‘Politicians get richer, our lives worse’: Why Assam’s flood-hit Dhemaji isn’t moved by this election

Year after year, flooding in the Jiadhal ruins homes and fields. Year after year, politicians make promises that aren’t kept.

ByAyan Sharma
‘Politicians get richer, our lives worse’: Why Assam’s flood-hit Dhemaji isn’t moved by this election
  • whatsapp
  • copy

The electoral heat is soaring in Assam with the three-phase assembly election kicking off on March 27. But for Kalpana Bora, 60, this frenzy means nothing.

It’s a dusty March afternoon and Kalpana is sitting in her home next to the busy NH-15 highway in Kekuri gaon. Her face is lined with worry and it isn’t about the election: it’s about the upcoming floods in Assam. Based on last year’s record, she said, the first dhal, wave, is likely to come roaring in about one and a half months from now.

Kekuri is home to about 120 families belonging to the Ahom and Sonowal communities. It’s also among dozens of villages in northern Assam’s Dhemaji district that are annually inundated by the tempestuous Jiadhal river from late April to October.

These floods are a perennial problem in Assam. The state has lost 4,270 sq km of land – more than Goa’s total area – to river erosion since 1950, and 2,500 villages have been wiped out.

The Jiadhal river flows from Arunachal Pradesh’s Abor Hills down through Lower Siang and then through Dhemaji in Assam. Dhemaji is one of the worst flood-affected districts in the state; the river’s flooding affected nearly 1.3 lakh people last July.

The Jiadhal is also notorious for changing its course frequently; the highway is speckled with bridges built at different points of time based on the different channels of the river. It has changed its course three times in the last four years and has only grown more volatile with changing rainfall patterns.

As a result, residents are indifferent towards the upcoming election, tired of the series of broken promises to solve their problems.

A short drive from Dhemaji towards Lakhimpur district reveals the consequences of the river’s ferocity: fields on either side of the road are deposited with silt from years of heavy flooding. Every now and then, a concrete building half buried in sand looms into view.

Last year, floodwater entered Kalpana’s home for the first time.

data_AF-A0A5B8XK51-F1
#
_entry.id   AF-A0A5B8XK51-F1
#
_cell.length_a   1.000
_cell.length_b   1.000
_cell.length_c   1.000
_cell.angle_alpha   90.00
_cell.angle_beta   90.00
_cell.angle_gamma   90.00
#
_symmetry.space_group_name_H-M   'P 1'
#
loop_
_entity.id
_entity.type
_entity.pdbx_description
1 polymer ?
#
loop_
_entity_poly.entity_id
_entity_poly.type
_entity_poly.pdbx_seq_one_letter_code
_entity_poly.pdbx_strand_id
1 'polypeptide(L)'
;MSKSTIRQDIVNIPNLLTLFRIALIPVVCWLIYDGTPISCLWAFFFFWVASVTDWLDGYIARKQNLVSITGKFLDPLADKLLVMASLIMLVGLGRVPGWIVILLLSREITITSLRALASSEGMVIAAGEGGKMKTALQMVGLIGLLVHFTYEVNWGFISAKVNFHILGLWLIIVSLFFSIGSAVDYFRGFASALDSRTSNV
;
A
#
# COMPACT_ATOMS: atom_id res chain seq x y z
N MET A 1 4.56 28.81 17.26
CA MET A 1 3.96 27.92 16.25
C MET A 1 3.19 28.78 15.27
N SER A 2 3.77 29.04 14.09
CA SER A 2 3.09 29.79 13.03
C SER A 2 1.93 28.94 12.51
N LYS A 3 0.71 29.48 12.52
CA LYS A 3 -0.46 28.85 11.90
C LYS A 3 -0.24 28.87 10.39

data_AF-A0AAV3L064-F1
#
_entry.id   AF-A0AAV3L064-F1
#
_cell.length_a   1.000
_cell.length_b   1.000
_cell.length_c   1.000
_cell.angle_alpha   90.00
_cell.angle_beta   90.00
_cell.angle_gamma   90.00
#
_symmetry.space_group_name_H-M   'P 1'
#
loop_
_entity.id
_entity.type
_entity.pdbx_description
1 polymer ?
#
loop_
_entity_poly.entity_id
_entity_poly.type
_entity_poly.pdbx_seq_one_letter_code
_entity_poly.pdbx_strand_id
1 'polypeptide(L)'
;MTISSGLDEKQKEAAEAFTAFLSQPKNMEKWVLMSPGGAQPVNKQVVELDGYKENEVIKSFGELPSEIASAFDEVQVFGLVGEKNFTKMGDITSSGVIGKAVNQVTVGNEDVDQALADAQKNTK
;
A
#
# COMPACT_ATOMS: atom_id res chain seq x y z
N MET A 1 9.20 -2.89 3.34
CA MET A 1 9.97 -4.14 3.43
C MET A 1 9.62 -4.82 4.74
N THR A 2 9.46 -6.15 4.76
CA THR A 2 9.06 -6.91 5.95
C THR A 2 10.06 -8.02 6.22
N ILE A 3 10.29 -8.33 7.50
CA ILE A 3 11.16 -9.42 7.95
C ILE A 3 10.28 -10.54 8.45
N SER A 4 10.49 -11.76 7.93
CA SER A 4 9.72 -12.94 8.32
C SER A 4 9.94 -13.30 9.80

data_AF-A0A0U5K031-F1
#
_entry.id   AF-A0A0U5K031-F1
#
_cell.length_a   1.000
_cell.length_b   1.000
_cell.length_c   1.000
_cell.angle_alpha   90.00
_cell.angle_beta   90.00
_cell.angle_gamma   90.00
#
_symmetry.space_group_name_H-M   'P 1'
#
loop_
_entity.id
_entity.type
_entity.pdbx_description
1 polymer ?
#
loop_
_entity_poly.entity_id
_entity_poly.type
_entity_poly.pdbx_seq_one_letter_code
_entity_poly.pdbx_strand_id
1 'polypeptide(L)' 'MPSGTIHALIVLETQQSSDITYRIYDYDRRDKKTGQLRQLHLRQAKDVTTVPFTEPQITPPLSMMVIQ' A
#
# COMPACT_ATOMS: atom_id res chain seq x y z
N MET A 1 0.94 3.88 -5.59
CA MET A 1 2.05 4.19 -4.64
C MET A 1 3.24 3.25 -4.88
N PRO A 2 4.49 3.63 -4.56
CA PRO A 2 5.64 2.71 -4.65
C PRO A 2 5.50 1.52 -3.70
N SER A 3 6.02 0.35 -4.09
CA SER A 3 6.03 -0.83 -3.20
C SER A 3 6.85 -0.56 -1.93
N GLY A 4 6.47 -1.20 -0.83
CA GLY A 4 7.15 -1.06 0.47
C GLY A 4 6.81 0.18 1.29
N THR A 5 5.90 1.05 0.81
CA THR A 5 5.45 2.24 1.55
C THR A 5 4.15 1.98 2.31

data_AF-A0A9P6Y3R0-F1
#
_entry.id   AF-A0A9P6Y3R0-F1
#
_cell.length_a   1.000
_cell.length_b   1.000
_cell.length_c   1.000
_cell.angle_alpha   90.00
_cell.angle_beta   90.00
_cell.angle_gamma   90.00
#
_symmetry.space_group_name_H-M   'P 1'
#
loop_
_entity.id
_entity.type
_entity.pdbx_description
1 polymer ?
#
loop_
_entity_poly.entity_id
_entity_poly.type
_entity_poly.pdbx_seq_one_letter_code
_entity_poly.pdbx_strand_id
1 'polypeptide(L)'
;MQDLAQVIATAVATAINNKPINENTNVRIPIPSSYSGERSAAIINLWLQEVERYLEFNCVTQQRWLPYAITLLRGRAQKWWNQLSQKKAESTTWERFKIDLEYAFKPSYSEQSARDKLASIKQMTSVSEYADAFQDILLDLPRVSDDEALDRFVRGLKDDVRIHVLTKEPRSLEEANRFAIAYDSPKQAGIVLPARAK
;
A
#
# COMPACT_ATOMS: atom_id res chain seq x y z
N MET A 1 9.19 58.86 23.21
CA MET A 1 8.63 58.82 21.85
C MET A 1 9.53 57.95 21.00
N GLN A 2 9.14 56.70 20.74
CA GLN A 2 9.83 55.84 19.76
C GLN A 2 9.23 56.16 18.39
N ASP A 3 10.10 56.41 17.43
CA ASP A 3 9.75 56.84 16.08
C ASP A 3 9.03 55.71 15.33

“It was on the day of Vishwakarma Puja, September 17,” she said. “The floodwater remained in the house for two days. The courtyard completely dried up only in early November.”

The water receded and dried but its discharge – mostly sand – consumed about two feet of the house’s foundations, apart from damaging trees and soil. In anticipation of this year, she’s built a knee-high concrete barrier at the house’s entrance and hopes it will keep the floodwaters in abeyance.

A house half buried in sand in Kekuri.

A house half buried in sand in Kekuri.

Kalpana Bora (left) and her daughter-in-law Prabali.

Kalpana Bora (left) and her daughter-in-law Prabali.

Yet that was only one of several waves of water from the Jiadhal last year, Kalpana said. Last year, the river flowed right past her home, carrying cattle, goats, hens and pigs along with it.

“The current was so strong that it took away an adult man,” said Prabali, Kalpana’s daughter-in-law.

Four people live in Kalpana’s home: Kalpana, her son, Prabali, and her grandson. The family has three cows and three hens, and 4.5 bighas of farmland at a short distance from the house. A saang ghar, a house built on stilts, sits in the courtyard; their animals shelter there during the floods.

The floods have taken a toll on their land. “We used to get about 150 bhaars of land in a good year. Now, it’s dropped to 15 bhaars,” Prabali said. One bhaar is roughly 20 kg.

Importantly, not a single representative from any political party stood by them when the floods hit, Kalpana said. But with the election around the corner, politicians and party workers have come knocking at their doors.